Balance offline and online activities

It can sometimes be hard for kids to trade the excitement of the digital world for real-world experiences. This guide will help you and your kids talk about the value of balance, so that they can feel good about unplugging every once in a while.

Discussion points

  1. The best parts about being online.

    Begin by asking your kids why they use digital devices and what their activities are. What do they think is good about those uses? Make sure you talk about the things your kids do frequently, like streaming videos or gaming.

  2. The best parts about being offline.

    Next, talk about the offline activities your kids like to do. What is it about these activities that they enjoy? How are they different from what they do online? How do these activities make them feel compared to the online activities?

  3. Are you missing out on something?

    Discuss with your kids if they ever feel like their digital activities keep them from doing or enjoying things offline. If so, how does that make them feel and why? Then, switch it around: do offline activities ever keep them from digital activities? As always, it’s helpful to follow up with how this makes them feel and why.

  4. Finding a blend that works.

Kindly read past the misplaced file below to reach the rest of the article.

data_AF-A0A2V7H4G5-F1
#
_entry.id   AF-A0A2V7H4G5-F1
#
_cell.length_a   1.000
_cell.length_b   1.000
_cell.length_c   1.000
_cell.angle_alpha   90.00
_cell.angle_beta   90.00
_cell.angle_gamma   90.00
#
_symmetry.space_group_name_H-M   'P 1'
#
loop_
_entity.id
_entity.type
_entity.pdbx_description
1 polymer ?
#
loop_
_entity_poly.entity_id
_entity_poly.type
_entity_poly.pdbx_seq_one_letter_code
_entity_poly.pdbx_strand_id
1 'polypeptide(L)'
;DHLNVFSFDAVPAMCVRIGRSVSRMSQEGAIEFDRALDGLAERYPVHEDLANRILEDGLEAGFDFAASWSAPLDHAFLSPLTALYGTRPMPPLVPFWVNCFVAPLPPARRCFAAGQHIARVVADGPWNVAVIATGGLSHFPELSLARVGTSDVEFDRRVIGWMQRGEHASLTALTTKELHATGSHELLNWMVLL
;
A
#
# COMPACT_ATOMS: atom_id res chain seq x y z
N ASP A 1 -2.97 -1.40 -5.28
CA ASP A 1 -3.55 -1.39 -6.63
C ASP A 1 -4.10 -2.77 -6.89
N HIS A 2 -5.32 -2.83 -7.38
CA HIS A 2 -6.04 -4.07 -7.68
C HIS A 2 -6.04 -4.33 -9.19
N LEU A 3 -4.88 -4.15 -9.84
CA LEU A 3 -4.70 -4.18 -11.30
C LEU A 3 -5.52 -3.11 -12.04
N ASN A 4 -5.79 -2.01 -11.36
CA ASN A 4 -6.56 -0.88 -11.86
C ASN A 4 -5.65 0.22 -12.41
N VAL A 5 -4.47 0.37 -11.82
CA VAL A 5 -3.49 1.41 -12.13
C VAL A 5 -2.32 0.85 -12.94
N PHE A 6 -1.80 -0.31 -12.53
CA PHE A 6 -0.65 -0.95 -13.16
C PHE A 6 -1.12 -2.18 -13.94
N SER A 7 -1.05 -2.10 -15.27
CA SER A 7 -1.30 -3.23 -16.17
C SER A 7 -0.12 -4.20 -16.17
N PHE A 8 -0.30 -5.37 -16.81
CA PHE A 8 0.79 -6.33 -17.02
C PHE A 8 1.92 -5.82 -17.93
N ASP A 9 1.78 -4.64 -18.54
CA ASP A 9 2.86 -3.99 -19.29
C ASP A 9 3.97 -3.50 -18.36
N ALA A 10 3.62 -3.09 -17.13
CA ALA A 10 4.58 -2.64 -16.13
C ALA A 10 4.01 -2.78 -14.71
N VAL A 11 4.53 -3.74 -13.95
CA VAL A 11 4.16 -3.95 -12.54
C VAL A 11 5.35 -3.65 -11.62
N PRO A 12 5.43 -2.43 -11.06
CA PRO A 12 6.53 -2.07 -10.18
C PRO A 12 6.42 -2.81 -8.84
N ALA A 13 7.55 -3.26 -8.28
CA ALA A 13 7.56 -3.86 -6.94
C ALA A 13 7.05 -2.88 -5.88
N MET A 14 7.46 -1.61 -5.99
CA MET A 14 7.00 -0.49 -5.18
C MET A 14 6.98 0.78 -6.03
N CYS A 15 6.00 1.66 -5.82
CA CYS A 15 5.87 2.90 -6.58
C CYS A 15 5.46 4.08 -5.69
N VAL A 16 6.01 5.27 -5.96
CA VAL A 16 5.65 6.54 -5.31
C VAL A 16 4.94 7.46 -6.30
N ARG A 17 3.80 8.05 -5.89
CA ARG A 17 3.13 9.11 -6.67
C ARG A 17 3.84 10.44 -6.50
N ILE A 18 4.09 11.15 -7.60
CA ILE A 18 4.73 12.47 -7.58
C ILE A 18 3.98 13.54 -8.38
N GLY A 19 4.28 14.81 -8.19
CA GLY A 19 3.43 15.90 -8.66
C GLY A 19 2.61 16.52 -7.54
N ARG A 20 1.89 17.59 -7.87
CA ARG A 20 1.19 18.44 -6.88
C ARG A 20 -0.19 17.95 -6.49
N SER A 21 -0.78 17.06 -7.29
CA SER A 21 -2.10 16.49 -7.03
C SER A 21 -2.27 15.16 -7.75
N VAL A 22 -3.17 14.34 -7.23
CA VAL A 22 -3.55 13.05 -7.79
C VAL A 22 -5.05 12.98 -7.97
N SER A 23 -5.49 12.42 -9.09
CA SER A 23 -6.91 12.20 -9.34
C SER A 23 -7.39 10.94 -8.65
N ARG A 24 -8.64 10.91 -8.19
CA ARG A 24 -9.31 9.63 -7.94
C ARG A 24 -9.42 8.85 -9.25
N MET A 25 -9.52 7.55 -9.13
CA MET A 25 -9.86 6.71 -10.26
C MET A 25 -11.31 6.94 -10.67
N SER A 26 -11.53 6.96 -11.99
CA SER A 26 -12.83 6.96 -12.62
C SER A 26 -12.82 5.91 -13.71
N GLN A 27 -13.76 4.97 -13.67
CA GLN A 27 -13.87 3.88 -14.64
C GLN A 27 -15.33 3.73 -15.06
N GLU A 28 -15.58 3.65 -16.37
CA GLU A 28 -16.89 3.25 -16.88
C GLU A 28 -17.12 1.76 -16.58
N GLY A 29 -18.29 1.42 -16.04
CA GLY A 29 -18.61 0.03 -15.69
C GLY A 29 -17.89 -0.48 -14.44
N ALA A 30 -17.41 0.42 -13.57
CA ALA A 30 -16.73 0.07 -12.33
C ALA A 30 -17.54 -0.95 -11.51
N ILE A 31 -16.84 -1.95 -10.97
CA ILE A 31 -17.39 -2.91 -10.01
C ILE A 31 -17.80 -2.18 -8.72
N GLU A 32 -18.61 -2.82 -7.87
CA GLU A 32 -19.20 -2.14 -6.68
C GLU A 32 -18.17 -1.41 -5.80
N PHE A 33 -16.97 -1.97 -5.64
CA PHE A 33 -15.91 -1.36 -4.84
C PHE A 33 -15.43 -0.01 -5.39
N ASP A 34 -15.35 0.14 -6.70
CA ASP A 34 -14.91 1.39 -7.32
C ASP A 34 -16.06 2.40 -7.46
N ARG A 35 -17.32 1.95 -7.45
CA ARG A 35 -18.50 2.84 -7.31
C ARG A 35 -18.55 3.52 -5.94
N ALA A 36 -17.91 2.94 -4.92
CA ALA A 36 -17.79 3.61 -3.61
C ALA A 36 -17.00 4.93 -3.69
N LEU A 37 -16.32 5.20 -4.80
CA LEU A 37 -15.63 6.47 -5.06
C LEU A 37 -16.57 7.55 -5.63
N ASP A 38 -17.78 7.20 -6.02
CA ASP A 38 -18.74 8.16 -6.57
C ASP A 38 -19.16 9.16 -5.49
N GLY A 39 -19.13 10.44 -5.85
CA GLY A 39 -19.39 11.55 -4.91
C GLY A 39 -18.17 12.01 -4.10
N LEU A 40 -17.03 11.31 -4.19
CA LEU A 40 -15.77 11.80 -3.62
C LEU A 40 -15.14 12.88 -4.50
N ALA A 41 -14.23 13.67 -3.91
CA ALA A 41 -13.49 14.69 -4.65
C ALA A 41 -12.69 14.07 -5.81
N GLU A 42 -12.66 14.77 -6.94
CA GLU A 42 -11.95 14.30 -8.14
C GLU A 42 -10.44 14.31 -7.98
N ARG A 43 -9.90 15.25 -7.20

Lastly, brainstorm ways they can do more of the things they like to do – both offline and online – without feeling like they’re missing out on something.

Things to keep in mind

Find what works for your family.

Balance is unique for every family—work together to create your own definition.

Reflect on your habits.

As you’re talking with your kids, make sure you’re considering your own blend of offline and online activities. Are there things you could do to help model the habits you hope to see your kids adopt?

Offline and online can work together.

Consider how the offline and online worlds often overlap. For example, you could use your maps app to find new places to explore, or you might use search to find a recipe to cook together.  

Rather than creating a negative frame around time with technology, as parents and digital mentors we should be creating positive, non-digital experiences for kids.

Natasha Bhuyan, MD

Try it at home

Make an offline wish list

Work together to come up with a list of five offline activities your family already loves to do or would like to try. Discuss what you like about each of these activities and how they’re both similar and different from online things you all like to do. Hang your list on the refrigerator or a convenient place in the house and start checking them off!

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